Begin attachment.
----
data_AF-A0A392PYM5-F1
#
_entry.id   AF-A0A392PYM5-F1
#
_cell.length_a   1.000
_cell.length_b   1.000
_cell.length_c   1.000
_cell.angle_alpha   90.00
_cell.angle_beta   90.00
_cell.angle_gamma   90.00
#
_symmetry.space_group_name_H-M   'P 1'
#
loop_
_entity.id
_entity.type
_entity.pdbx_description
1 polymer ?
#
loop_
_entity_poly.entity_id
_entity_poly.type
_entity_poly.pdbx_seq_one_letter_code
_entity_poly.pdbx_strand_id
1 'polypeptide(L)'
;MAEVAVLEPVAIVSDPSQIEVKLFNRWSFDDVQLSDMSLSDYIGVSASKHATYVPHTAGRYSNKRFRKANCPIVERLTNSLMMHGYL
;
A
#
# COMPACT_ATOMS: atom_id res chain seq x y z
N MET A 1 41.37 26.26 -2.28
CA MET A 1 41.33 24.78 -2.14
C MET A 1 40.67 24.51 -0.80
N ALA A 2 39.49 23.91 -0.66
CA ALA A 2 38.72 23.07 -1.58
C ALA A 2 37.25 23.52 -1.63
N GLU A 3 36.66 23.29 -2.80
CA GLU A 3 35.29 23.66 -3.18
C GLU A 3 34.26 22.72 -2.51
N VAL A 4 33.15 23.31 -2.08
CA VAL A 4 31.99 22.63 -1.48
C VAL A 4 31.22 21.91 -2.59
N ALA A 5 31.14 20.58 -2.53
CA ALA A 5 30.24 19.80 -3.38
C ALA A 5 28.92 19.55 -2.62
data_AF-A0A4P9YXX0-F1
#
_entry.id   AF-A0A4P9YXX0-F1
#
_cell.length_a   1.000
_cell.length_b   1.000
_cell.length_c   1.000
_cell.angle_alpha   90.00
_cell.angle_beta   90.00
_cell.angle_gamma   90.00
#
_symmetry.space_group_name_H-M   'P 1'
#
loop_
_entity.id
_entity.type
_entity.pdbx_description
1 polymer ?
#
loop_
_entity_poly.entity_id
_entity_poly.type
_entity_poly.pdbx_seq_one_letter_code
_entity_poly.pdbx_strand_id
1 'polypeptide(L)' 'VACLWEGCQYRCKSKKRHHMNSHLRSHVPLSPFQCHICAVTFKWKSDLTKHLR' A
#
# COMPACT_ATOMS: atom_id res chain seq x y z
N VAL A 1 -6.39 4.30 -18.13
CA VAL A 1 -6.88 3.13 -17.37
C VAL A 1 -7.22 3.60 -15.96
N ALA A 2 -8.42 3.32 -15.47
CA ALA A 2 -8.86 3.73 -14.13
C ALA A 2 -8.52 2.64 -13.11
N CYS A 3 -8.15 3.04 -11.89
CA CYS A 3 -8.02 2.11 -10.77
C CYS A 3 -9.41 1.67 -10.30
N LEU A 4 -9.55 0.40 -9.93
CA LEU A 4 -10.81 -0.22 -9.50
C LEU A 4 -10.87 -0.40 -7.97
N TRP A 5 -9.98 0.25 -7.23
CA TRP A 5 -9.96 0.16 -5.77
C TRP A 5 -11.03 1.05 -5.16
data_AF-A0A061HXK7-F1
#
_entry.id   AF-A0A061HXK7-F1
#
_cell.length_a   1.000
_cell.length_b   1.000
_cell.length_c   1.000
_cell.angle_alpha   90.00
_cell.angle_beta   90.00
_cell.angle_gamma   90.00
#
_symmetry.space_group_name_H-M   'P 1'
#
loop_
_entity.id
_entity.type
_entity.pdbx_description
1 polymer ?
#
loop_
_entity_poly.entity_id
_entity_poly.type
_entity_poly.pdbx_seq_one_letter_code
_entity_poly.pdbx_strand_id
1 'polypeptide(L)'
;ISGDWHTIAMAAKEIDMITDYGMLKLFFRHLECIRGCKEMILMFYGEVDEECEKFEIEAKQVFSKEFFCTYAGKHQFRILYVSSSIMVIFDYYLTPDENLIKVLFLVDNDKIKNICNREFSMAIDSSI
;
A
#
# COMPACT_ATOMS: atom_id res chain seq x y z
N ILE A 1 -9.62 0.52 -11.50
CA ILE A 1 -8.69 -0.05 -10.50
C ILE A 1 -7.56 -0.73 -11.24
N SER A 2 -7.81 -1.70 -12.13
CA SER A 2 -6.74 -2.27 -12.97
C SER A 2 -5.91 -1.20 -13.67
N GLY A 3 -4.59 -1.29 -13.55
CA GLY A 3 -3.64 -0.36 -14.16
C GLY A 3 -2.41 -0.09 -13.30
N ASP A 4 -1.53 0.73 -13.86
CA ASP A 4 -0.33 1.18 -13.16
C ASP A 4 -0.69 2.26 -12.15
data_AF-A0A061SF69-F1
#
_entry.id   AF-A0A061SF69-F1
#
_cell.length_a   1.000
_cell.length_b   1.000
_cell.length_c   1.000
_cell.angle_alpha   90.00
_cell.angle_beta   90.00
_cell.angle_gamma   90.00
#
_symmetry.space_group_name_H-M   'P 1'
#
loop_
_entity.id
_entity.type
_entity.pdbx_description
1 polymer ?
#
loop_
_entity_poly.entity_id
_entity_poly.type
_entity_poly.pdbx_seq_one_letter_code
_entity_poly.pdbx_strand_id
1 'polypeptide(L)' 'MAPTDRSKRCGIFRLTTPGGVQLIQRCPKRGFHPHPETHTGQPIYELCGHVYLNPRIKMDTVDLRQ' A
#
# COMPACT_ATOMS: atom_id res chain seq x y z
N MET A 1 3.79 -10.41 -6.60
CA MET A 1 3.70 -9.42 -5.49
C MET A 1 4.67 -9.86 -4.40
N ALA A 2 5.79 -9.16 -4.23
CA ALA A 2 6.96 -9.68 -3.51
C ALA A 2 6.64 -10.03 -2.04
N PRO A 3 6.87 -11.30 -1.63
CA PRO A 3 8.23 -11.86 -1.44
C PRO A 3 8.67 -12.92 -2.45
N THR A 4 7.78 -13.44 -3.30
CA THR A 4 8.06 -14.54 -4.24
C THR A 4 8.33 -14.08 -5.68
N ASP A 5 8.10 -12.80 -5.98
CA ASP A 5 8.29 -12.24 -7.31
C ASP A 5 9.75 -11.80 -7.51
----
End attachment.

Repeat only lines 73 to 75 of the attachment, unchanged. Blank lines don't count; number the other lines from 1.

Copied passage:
N VAL A 1 -6.39 4.30 -18.13
CA VAL A 1 -6.88 3.13 -17.37
C VAL A 1 -7.22 3.60 -15.96